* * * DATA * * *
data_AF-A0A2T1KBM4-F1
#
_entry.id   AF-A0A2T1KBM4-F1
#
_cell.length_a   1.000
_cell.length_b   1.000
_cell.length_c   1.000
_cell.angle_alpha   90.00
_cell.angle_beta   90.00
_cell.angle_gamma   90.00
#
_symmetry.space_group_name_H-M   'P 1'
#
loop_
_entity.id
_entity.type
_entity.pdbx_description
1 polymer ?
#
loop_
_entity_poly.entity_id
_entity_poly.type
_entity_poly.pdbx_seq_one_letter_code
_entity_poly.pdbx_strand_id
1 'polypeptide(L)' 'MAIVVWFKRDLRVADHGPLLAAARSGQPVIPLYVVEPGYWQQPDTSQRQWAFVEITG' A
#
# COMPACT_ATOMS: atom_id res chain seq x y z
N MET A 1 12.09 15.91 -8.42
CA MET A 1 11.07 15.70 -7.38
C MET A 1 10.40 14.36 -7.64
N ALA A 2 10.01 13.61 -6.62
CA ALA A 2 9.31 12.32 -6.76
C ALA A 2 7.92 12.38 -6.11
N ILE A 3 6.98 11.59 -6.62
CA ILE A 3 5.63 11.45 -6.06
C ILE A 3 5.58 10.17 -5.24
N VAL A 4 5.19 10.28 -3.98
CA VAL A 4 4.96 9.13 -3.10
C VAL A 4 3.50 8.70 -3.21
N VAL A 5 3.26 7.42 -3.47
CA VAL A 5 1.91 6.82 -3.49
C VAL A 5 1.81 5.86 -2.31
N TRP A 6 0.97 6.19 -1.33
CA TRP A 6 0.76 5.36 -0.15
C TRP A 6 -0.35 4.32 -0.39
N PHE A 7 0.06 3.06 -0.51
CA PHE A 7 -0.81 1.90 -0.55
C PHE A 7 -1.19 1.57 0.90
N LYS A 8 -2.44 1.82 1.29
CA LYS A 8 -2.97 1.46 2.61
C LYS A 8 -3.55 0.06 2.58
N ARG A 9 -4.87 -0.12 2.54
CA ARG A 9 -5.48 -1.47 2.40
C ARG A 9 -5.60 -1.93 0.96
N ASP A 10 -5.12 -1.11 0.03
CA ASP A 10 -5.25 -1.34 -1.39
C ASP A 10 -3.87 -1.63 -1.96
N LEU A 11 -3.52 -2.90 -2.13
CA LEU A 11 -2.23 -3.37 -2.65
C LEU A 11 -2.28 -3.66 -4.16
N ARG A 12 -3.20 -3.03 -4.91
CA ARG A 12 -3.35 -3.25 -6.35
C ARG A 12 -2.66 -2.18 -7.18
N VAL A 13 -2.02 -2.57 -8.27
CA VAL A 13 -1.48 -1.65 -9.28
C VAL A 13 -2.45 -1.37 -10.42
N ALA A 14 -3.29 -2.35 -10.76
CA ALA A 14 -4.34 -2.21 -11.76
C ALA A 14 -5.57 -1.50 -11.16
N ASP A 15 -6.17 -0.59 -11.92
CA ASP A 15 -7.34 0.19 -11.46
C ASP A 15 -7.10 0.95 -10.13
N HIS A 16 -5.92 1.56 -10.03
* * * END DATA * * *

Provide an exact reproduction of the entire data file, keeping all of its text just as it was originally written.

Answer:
data_AF-A0A2T1KBM4-F1
#
_entry.id   AF-A0A2T1KBM4-F1
#
_cell.length_a   1.000
_cell.length_b   1.000
_cell.length_c   1.000
_cell.angle_alpha   90.00
_cell.angle_beta   90.00
_cell.angle_gamma   90.00
#
_symmetry.space_group_name_H-M   'P 1'
#
loop_
_entity.id
_entity.type
_entity.pdbx_description
1 polymer ?
#
loop_
_entity_poly.entity_id
_entity_poly.type
_entity_poly.pdbx_seq_one_letter_code
_entity_poly.pdbx_strand_id
1 'polypeptide(L)' 'MAIVVWFKRDLRVADHGPLLAAARSGQPVIPLYVVEPGYWQQPDTSQRQWAFVEITG' A
#
# COMPACT_ATOMS: atom_id res chain seq x y z
N MET A 1 12.09 15.91 -8.42
CA MET A 1 11.07 15.70 -7.38
C MET A 1 10.40 14.36 -7.64
N ALA A 2 10.01 13.61 -6.62
CA ALA A 2 9.31 12.32 -6.76
C ALA A 2 7.92 12.38 -6.11
N ILE A 3 6.98 11.59 -6.62
CA ILE A 3 5.63 11.45 -6.06
C ILE A 3 5.58 10.17 -5.24
N VAL A 4 5.19 10.28 -3.98
CA VAL A 4 4.96 9.13 -3.10
C VAL A 4 3.50 8.70 -3.21
N VAL A 5 3.26 7.42 -3.47
CA VAL A 5 1.91 6.82 -3.49
C VAL A 5 1.81 5.86 -2.31
N TRP A 6 0.97 6.19 -1.33
CA TRP A 6 0.76 5.36 -0.15
C TRP A 6 -0.35 4.32 -0.39
N PHE A 7 0.06 3.06 -0.51
CA PHE A 7 -0.81 1.90 -0.55
C PHE A 7 -1.19 1.57 0.90
N LYS A 8 -2.44 1.82 1.29
CA LYS A 8 -2.97 1.46 2.61
C LYS A 8 -3.55 0.06 2.58
N ARG A 9 -4.87 -0.12 2.54
CA ARG A 9 -5.48 -1.47 2.40
C ARG A 9 -5.60 -1.93 0.96
N ASP A 10 -5.12 -1.11 0.03
CA ASP A 10 -5.25 -1.34 -1.39
C ASP A 10 -3.87 -1.63 -1.96
N LEU A 11 -3.52 -2.90 -2.13
CA LEU A 11 -2.23 -3.37 -2.65
C LEU A 11 -2.28 -3.66 -4.16
N ARG A 12 -3.20 -3.03 -4.91
CA ARG A 12 -3.35 -3.25 -6.35
C ARG A 12 -2.66 -2.18 -7.18
N VAL A 13 -2.02 -2.57 -8.27
CA VAL A 13 -1.48 -1.65 -9.28
C VAL A 13 -2.45 -1.37 -10.42
N ALA A 14 -3.29 -2.35 -10.76
CA ALA A 14 -4.34 -2.21 -11.76
C ALA A 14 -5.57 -1.50 -11.16
N ASP A 15 -6.17 -0.59 -11.92
CA ASP A 15 -7.34 0.19 -11.46
C ASP A 15 -7.10 0.95 -10.13
N HIS A 16 -5.92 1.56 -10.03